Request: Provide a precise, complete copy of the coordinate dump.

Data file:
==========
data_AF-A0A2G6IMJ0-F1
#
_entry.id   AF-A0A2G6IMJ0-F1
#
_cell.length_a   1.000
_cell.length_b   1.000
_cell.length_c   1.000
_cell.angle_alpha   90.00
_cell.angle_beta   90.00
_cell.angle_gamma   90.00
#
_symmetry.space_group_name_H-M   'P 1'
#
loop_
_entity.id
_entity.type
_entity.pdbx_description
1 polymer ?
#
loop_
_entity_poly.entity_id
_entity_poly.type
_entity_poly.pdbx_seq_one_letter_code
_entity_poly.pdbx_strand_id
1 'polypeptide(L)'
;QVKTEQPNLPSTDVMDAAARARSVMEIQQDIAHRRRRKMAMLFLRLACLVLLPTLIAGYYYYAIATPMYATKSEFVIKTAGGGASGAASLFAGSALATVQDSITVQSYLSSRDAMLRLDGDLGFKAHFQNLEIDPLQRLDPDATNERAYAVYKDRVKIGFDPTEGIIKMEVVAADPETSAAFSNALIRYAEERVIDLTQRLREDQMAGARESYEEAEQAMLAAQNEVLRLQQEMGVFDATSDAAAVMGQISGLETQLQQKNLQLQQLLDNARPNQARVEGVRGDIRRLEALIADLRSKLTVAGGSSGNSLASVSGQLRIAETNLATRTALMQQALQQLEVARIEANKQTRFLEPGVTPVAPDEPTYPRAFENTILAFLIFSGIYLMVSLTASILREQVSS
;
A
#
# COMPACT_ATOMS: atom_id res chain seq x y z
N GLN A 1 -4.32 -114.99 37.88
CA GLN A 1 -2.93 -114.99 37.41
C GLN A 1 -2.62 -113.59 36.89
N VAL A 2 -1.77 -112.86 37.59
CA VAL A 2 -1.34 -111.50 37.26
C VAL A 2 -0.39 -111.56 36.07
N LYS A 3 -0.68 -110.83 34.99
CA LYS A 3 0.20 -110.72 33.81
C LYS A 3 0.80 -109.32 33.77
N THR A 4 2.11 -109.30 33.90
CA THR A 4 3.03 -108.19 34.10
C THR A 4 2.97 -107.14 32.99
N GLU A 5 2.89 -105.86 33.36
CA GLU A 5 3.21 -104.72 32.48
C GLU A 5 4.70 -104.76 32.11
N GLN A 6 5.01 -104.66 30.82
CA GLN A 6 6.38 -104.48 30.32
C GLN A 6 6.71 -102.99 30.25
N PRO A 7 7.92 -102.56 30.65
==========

data_AF-A0A2G6IMJ0-F1
#
_entry.id   AF-A0A2G6IMJ0-F1
#
_cell.length_a   1.000
_cell.length_b   1.000
_cell.length_c   1.000
_cell.angle_alpha   90.00
_cell.angle_beta   90.00
_cell.angle_gamma   90.00
#
_symmetry.space_group_name_H-M   'P 1'
#
loop_
_entity.id
_entity.type
_entity.pdbx_description
1 polymer ?
#
loop_
_entity_poly.entity_id
_entity_poly.type
_entity_poly.pdbx_seq_one_letter_code
_entity_poly.pdbx_strand_id
1 'polypeptide(L)'
;QVKTEQPNLPSTDVMDAAARARSVMEIQQDIAHRRRRKMAMLFLRLACLVLLPTLIAGYYYYAIATPMYATKSEFVIKTAGGGASGAASLFAGSALATVQDSITVQSYLSSRDAMLRLDGDLGFKAHFQNLEIDPLQRLDPDATNERAYAVYKDRVKIGFDPTEGIIKMEVVAADPETSAAFSNALIRYAEERVIDLTQRLREDQMAGARESYEEAEQAMLAAQNEVLRLQQEMGVFDATSDAAAVMGQISGLETQLQQKNLQLQQLLDNARPNQARVEGVRGDIRRLEALIADLRSKLTVAGGSSGNSLASVSGQLRIAETNLATRTALMQQALQQLEVARIEANKQTRFLEPGVTPVAPDEPTYPRAFENTILAFLIFSGIYLMVSLTASILREQVSS
;
A
#
# COMPACT_ATOMS: atom_id res chain seq x y z
N GLN A 1 -4.32 -114.99 37.88
CA GLN A 1 -2.93 -114.99 37.41
C GLN A 1 -2.62 -113.59 36.89
N VAL A 2 -1.77 -112.86 37.59
CA VAL A 2 -1.34 -111.50 37.26
C VAL A 2 -0.39 -111.56 36.07
N LYS A 3 -0.68 -110.83 34.99
CA LYS A 3 0.20 -110.72 33.81
C LYS A 3 0.80 -109.32 33.77
N THR A 4 2.11 -109.30 33.90
CA THR A 4 3.03 -108.19 34.10
C THR A 4 2.97 -107.14 32.99
N GLU A 5 2.89 -105.86 33.36
CA GLU A 5 3.21 -104.72 32.48
C GLU A 5 4.70 -104.76 32.11
N GLN A 6 5.01 -104.66 30.82
CA GLN A 6 6.38 -104.48 30.32
C GLN A 6 6.71 -102.99 30.25
N PRO A 7 7.92 -102.56 30.65